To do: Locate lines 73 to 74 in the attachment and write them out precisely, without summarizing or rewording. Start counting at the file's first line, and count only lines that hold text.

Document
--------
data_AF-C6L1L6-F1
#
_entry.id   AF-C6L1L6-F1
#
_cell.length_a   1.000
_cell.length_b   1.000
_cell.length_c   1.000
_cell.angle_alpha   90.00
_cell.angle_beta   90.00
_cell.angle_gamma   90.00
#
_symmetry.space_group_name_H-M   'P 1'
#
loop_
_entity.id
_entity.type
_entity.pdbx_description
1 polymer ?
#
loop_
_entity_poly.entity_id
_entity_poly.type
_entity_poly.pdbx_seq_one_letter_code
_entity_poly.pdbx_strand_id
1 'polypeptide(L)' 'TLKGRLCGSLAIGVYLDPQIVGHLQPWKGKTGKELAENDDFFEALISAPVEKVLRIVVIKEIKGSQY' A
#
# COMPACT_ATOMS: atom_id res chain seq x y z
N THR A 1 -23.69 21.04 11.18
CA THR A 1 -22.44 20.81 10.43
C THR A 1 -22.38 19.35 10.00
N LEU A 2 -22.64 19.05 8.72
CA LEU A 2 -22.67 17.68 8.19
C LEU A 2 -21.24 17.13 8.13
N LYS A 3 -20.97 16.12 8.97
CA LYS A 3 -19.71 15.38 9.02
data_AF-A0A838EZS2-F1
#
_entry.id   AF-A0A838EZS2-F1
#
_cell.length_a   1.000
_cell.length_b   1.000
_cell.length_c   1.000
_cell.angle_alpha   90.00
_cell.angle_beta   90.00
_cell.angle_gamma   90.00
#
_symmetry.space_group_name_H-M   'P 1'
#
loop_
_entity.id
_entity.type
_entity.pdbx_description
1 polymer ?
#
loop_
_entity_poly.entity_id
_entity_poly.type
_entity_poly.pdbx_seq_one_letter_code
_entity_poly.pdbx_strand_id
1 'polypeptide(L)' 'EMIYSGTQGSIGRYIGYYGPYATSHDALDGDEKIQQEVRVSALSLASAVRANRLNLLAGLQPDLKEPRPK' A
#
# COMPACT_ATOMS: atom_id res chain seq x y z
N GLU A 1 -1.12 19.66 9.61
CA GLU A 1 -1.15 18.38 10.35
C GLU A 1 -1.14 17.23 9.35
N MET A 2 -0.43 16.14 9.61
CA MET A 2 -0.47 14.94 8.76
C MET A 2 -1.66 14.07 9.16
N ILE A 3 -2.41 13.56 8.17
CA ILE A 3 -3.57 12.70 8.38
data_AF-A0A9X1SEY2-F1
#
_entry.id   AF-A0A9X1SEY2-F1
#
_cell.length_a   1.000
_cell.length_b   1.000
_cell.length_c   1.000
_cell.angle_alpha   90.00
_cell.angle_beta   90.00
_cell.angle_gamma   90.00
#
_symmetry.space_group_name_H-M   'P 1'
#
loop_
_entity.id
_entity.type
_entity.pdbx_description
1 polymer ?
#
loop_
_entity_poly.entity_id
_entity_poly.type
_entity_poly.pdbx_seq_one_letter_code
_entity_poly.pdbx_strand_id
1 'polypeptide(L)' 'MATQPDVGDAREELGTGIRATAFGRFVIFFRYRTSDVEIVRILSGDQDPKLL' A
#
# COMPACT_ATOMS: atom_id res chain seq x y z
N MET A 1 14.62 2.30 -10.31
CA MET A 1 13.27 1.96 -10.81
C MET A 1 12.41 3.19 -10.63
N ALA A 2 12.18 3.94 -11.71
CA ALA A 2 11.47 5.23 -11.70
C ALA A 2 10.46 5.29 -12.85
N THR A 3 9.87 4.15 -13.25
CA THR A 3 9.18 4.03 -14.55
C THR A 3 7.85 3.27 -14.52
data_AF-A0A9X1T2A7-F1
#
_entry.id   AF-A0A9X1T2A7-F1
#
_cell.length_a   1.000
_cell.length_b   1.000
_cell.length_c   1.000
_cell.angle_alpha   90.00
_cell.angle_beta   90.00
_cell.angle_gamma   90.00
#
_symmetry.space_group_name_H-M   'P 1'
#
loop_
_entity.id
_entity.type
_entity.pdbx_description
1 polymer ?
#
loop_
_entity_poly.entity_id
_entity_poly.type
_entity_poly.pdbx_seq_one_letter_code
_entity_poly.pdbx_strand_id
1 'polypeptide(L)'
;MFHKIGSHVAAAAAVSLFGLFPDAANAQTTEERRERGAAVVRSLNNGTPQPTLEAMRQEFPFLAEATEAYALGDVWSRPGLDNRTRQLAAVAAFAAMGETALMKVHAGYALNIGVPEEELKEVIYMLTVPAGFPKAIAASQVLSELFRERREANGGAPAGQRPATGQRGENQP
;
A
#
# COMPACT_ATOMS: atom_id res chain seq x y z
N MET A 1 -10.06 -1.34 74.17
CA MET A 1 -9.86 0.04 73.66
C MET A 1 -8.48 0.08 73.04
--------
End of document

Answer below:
_entry.id   AF-A0A9X1SEY2-F1
#